Fifty four large investors with £1 trillion assets under management have initiated a campaign aimed at curbing the use of antibiotics in the meat and poultry used by 10 large US and UK restaurant groups.
In a letter dated 15 March, the investors have asked restaurant groups including McDonalds and JD Wetherspoon to set a timeline to stop the use of medically important antibiotics in their supply chains.
The other eight approached include Domino's Pizza Group, Brinker International, Darden Restaurants, Mitchells & Butlers, Restaurant Brands International, Restaurant Group, The Wendy's Company and Yum! Brands.
The move comes after the World Health Organisation warned that the world was moving towards a post-antibiotic era in which many infections would no longer be treatable due to the overuse of antibiotics.
According to the coalition, 80 per cent of antibiotics produced in the US were given to livestock, adding that failure to confront their "irresponsible" use threatened both health and investor returns.
"These large food companies are key ingredients in the portfolios of most of our pensions and savings, thus it is a case of proper risk-management to ask them to work out how they will meet this challenge," said Jeremy Coller, chief investment officer of Coller Capital, Reuters reported.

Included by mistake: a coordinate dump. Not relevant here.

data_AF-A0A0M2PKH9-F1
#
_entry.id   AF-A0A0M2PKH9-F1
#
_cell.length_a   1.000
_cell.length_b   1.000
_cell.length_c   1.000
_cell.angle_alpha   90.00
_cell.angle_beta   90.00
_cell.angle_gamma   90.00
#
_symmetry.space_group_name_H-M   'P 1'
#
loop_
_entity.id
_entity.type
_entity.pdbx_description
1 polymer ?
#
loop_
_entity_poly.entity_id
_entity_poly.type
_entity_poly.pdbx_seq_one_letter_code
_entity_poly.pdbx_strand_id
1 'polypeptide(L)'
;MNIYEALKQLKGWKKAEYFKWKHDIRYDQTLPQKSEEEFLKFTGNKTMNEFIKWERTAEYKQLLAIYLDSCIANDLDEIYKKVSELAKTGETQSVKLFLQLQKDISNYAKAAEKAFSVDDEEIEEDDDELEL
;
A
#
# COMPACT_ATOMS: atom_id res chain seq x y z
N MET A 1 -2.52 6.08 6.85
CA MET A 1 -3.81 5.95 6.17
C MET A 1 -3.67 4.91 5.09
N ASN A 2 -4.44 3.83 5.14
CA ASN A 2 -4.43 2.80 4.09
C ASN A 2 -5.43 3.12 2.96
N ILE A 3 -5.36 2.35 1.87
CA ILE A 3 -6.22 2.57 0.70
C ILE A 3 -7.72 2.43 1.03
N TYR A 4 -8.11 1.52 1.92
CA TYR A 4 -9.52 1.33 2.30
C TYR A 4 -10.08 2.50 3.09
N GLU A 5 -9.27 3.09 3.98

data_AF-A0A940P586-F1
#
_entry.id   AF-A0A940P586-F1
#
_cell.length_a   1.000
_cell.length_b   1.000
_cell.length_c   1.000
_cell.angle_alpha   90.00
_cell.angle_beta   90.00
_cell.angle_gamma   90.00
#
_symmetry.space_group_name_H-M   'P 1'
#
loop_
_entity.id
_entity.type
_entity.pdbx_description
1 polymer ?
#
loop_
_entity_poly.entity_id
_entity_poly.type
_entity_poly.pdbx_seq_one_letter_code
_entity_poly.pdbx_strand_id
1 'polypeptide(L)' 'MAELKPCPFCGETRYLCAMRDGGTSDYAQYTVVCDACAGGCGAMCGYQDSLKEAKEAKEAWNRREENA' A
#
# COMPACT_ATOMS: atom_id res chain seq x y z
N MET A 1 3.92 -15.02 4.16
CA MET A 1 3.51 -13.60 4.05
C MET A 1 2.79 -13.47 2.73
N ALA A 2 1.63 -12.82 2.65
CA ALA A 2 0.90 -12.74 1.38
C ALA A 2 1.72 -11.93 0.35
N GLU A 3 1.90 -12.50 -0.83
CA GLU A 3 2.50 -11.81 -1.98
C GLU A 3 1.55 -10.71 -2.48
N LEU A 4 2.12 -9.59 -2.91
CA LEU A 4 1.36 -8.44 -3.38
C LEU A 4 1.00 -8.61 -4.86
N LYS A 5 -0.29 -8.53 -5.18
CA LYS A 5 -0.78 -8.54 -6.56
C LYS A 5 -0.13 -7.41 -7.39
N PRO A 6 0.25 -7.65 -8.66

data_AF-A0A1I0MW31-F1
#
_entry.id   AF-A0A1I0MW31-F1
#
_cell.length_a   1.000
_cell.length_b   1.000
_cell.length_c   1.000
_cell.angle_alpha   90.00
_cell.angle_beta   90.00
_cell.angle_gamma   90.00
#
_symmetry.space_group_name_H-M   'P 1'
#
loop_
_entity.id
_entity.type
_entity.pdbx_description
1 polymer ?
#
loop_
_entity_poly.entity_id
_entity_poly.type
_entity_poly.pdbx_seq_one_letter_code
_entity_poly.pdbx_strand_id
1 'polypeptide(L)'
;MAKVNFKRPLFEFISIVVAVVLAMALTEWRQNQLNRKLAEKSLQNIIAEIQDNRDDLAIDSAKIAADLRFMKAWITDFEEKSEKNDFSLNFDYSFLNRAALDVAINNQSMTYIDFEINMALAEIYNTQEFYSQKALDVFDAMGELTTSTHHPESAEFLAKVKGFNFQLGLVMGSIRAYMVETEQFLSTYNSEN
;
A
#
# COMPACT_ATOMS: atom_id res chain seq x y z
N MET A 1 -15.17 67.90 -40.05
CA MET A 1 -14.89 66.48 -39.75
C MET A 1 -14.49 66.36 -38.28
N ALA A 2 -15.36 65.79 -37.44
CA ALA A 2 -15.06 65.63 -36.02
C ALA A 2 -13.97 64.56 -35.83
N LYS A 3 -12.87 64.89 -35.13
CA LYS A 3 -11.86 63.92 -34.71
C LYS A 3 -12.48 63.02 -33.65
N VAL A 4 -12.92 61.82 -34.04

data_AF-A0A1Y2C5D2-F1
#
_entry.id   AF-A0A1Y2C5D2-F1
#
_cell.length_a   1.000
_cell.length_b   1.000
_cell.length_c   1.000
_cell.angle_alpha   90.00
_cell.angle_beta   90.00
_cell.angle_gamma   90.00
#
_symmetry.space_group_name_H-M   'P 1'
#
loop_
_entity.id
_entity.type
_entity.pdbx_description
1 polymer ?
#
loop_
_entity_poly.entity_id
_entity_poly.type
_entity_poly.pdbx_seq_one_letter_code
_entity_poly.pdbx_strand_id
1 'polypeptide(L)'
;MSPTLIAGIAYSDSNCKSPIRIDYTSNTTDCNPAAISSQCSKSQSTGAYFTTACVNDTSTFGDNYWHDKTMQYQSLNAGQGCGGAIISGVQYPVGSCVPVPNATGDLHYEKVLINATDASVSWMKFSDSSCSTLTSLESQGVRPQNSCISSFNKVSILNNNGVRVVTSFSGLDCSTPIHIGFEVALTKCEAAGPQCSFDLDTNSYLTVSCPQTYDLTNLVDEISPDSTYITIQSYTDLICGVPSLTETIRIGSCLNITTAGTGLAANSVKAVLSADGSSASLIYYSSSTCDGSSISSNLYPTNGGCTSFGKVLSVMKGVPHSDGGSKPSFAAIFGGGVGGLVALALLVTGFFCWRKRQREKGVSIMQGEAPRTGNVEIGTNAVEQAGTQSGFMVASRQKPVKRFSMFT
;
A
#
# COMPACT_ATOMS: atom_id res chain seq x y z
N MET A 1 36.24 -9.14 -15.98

The financiers, including Aviva Investors, Strathclyde Pension Fund and Coller Capital, had raised particular concerns about the use of antibiotics classified as ''critically important'' to human health and the routine use of drugs on factory farms to prevent disease.
According to experts, the use of drugs in farm animals was linked, via the food chain, to the spread of antibiotic-resistant infections in humans. The UK's chief medical officer, Dame Sally Davies, had described an ''apocalyptic scenario'' in which people undergoing routine operations died because antibiotics were no longer effective at stopping infections.
The investors' move comes in the backdrop of figures obtained by the Bureau of Investigative Journalism revealing an increase in cases of a strain of campylobacter – the UK's most widespread cause of food poisoning – resistant to a key antibiotic in human patients.